I have read your two most recent articles and I wanted to thank you. I am new to real estate investment, and although I have done lots of homework, networked, listened to the podcasts, etc., I haven’t been able to purchase my first investment property yet (targeting a duplex or triplex for an owner-occupy arrangement with an FHA loan to get things started). I have been looking diligently for 7-8 months now. The problem I am running into is exactly as you have described. Most of the multifamily properties in my market (the greater Pittsburgh area (PA)) are overpriced and rarely make sense mathematically. I’m talking about listings that don’t even come remotely close to meeting the 1% rule and people are still buying these things up. Also, the places that do seem to yield good cash flow (which is rare) turn out to be secret rehab projects post-inspection. I have a decent nest-egg, but I can’t take on a place that barely cash flows that immediately needs $20K-$30K in work to meet positive numbers. People are buying those too. It’s ruining the market in my opinion, and making it extremely difficult to break into the market. I have recently decided to take an alternative approach with an off-market direct mail marketing campaign in targeted neighborhoods. I’m hoping a creative approach and some extra work will yield a good deal. It has been frustrating, but reading your articles has let me know that I’m not crazy or unqualified, and that I need to continue to be patient and vigilant. Please wish me luck, and let me know if you have any tips or further words of wisdom based on where I’m at!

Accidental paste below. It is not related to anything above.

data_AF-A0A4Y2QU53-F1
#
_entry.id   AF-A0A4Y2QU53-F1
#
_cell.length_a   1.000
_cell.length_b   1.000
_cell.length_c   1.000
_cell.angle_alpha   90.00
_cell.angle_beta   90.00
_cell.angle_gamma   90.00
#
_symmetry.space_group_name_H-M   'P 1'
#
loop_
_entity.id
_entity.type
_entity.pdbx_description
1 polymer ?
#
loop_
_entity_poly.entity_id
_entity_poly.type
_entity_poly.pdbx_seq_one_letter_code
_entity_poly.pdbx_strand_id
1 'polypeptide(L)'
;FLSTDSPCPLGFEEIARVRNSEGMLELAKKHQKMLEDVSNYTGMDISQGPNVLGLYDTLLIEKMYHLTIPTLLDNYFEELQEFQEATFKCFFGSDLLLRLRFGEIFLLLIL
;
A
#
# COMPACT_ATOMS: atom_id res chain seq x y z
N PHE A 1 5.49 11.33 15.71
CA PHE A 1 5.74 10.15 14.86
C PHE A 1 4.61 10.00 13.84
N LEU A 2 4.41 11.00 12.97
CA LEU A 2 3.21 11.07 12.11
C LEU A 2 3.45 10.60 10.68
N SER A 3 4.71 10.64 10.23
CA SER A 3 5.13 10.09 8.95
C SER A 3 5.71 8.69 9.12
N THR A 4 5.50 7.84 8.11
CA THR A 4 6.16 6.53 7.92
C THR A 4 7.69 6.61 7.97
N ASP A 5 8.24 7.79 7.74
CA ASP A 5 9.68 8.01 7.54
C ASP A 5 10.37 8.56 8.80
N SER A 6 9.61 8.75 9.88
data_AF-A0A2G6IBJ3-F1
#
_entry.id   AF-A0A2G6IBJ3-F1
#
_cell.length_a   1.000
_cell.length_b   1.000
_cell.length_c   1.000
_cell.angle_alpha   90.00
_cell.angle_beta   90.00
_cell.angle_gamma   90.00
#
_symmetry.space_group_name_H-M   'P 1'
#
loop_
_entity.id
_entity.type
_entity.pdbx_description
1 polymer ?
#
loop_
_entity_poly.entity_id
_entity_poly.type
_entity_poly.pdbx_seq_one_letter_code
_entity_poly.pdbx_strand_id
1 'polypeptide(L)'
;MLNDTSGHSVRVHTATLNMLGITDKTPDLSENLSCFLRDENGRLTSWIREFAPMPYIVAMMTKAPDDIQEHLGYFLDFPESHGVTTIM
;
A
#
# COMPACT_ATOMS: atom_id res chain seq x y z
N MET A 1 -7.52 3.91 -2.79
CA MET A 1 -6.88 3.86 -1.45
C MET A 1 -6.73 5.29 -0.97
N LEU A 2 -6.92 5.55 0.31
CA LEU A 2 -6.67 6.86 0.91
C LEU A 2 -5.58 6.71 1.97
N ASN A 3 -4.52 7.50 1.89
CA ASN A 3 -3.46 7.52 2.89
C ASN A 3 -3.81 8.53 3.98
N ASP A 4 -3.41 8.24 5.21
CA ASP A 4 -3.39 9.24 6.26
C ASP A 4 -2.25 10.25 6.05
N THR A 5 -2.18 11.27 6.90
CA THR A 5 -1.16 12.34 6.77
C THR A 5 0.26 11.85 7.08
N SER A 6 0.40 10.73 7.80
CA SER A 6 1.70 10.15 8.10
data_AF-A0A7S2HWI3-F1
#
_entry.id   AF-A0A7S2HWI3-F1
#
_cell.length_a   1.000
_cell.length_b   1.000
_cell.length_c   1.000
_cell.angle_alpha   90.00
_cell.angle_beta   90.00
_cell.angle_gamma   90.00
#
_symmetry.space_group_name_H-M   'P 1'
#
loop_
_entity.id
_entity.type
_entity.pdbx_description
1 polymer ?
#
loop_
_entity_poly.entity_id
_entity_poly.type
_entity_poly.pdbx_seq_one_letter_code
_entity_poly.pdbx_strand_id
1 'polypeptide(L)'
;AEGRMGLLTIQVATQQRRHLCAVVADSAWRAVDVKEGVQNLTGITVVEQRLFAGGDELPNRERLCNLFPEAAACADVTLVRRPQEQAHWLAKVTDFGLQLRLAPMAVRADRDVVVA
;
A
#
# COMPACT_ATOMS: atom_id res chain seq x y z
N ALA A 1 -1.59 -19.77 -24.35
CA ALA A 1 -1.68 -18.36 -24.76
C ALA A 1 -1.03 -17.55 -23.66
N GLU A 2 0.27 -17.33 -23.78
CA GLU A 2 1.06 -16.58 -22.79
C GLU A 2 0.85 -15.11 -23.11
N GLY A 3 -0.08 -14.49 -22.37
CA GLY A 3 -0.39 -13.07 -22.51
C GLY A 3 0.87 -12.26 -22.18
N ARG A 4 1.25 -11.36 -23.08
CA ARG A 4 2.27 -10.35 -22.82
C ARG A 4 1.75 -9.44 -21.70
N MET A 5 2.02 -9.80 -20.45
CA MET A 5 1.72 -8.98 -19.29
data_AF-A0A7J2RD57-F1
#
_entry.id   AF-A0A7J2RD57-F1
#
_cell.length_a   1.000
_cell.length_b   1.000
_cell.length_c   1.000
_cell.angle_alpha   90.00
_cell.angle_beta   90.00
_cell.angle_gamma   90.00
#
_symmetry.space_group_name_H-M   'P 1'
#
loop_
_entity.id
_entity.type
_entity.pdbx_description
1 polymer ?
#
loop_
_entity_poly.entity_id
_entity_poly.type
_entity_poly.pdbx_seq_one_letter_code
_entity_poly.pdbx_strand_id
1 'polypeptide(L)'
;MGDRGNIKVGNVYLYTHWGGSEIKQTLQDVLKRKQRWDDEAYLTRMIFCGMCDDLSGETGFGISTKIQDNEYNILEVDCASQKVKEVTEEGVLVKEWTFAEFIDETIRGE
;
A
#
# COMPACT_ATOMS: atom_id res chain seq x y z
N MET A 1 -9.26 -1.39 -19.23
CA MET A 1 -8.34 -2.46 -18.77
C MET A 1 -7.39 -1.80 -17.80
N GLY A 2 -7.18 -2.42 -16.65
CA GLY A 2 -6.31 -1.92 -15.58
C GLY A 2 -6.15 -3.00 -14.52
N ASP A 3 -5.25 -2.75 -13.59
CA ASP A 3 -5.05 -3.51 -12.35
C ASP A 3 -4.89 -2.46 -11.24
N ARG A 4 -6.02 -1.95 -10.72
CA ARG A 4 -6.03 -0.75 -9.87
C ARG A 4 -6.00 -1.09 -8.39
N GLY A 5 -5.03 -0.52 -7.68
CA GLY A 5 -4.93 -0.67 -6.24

Thank you,

    • Christian Yepez

      Cole, don’t Rush to crash.. Save your money, and be ready when the market crash, you will need time and money to acquire deals. Many of the properties that are beind acquired now or deals that were acquired in the last 5 years or so by other investors will come back to the market as (short-sale or foreclosure sale). I will be patient!!

  13. Christian Yepez